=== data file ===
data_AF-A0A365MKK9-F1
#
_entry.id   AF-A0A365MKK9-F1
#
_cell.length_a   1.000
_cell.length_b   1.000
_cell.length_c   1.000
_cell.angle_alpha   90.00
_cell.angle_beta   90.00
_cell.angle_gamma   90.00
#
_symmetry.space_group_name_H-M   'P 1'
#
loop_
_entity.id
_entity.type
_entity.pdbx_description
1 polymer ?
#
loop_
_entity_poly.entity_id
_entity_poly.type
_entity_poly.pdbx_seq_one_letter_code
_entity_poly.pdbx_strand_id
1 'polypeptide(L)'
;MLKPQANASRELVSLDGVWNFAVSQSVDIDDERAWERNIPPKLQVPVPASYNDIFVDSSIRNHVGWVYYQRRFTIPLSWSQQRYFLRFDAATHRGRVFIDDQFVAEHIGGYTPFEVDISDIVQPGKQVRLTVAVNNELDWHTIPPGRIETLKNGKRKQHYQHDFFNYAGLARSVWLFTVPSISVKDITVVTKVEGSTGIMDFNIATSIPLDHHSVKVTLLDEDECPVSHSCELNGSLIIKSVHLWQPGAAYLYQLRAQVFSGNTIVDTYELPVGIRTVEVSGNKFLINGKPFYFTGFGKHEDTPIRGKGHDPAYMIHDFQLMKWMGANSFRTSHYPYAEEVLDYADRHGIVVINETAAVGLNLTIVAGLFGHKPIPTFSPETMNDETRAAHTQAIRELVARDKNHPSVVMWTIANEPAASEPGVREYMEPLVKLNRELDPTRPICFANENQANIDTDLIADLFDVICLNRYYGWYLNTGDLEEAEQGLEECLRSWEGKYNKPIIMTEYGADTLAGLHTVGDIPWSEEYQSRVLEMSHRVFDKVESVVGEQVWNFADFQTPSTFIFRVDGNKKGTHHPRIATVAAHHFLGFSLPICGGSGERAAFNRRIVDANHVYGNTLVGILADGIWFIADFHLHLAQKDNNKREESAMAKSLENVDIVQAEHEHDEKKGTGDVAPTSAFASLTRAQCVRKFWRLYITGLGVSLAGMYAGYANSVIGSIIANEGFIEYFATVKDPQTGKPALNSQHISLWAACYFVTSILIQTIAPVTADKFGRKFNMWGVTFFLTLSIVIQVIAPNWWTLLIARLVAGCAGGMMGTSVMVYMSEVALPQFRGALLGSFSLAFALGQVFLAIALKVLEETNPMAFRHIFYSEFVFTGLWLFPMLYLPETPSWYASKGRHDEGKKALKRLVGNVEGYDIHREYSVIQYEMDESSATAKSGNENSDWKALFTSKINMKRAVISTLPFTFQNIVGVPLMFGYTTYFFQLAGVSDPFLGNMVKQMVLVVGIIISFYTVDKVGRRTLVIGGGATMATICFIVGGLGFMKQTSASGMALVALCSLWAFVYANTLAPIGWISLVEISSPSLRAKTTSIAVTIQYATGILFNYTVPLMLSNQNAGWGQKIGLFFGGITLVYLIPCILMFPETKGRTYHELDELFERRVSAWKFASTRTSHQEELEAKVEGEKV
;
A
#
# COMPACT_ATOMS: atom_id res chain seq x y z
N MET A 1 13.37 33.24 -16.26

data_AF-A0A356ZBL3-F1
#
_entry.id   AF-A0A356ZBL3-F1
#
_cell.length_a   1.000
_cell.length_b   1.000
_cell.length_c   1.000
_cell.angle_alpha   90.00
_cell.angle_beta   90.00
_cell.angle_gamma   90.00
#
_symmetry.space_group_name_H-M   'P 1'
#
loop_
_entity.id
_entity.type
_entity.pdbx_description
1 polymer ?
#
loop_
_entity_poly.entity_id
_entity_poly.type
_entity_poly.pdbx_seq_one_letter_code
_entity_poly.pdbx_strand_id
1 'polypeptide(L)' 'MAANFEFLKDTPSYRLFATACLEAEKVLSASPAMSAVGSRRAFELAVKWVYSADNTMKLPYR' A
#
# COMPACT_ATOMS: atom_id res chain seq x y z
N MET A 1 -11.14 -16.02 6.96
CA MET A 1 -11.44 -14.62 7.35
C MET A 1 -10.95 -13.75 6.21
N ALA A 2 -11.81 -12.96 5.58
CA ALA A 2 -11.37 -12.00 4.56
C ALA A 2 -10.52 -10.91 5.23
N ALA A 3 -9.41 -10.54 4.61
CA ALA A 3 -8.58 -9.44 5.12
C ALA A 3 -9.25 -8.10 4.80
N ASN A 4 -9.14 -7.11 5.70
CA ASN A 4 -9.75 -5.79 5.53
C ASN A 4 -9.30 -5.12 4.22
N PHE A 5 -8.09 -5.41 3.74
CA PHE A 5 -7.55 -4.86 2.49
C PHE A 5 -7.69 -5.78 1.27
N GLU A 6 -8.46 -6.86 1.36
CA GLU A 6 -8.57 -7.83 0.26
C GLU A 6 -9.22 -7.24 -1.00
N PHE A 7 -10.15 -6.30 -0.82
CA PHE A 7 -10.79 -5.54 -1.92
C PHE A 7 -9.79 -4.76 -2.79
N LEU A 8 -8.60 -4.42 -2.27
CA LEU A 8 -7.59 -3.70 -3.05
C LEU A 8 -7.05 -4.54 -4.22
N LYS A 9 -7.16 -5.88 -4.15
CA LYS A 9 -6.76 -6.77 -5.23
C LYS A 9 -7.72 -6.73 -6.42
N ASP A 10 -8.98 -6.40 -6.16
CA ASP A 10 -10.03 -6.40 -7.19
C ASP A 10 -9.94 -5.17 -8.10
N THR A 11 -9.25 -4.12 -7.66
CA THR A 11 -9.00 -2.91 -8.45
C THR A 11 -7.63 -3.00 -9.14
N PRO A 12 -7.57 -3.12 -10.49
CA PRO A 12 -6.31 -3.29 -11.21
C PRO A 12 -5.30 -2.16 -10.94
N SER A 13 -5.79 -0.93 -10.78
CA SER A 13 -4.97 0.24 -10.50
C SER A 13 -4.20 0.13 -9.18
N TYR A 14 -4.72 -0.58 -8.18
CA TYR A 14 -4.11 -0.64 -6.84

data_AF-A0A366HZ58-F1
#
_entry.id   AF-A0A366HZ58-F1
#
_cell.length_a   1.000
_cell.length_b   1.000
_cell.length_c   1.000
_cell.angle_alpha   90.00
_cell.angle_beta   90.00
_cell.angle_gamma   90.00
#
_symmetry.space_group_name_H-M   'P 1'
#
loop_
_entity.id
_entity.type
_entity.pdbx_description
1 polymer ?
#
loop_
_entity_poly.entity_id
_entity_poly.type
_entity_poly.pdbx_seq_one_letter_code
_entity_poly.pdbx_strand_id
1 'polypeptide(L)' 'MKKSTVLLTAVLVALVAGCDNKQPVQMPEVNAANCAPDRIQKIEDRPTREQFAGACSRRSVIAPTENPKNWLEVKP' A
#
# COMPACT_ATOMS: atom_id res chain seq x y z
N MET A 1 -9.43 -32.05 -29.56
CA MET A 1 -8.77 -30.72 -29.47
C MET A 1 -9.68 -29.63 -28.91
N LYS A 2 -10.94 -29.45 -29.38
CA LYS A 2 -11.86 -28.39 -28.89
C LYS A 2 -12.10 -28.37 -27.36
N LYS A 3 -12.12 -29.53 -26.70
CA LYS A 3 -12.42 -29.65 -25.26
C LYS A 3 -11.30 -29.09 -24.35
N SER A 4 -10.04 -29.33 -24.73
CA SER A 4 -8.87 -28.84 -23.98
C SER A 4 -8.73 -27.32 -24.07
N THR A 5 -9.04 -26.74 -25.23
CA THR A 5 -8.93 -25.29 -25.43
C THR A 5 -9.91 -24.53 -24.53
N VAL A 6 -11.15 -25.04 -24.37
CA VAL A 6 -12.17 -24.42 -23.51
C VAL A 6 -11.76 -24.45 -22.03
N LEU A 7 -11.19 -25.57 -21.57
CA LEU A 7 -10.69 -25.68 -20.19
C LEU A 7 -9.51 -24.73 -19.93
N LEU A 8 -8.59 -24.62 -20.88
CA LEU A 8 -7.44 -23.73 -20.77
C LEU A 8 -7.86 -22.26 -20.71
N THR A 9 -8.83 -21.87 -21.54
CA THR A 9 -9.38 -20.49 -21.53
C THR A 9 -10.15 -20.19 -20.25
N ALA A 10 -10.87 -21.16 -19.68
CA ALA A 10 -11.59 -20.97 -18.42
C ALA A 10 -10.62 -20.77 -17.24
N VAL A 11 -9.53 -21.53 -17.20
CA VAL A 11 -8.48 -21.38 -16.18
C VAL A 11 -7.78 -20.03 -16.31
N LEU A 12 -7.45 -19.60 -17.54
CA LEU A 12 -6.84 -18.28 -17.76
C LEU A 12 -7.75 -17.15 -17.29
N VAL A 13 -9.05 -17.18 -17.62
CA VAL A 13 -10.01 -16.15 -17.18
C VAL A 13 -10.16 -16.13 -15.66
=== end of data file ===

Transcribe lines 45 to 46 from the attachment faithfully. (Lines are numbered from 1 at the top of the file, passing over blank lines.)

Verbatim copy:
loop_
_entity.id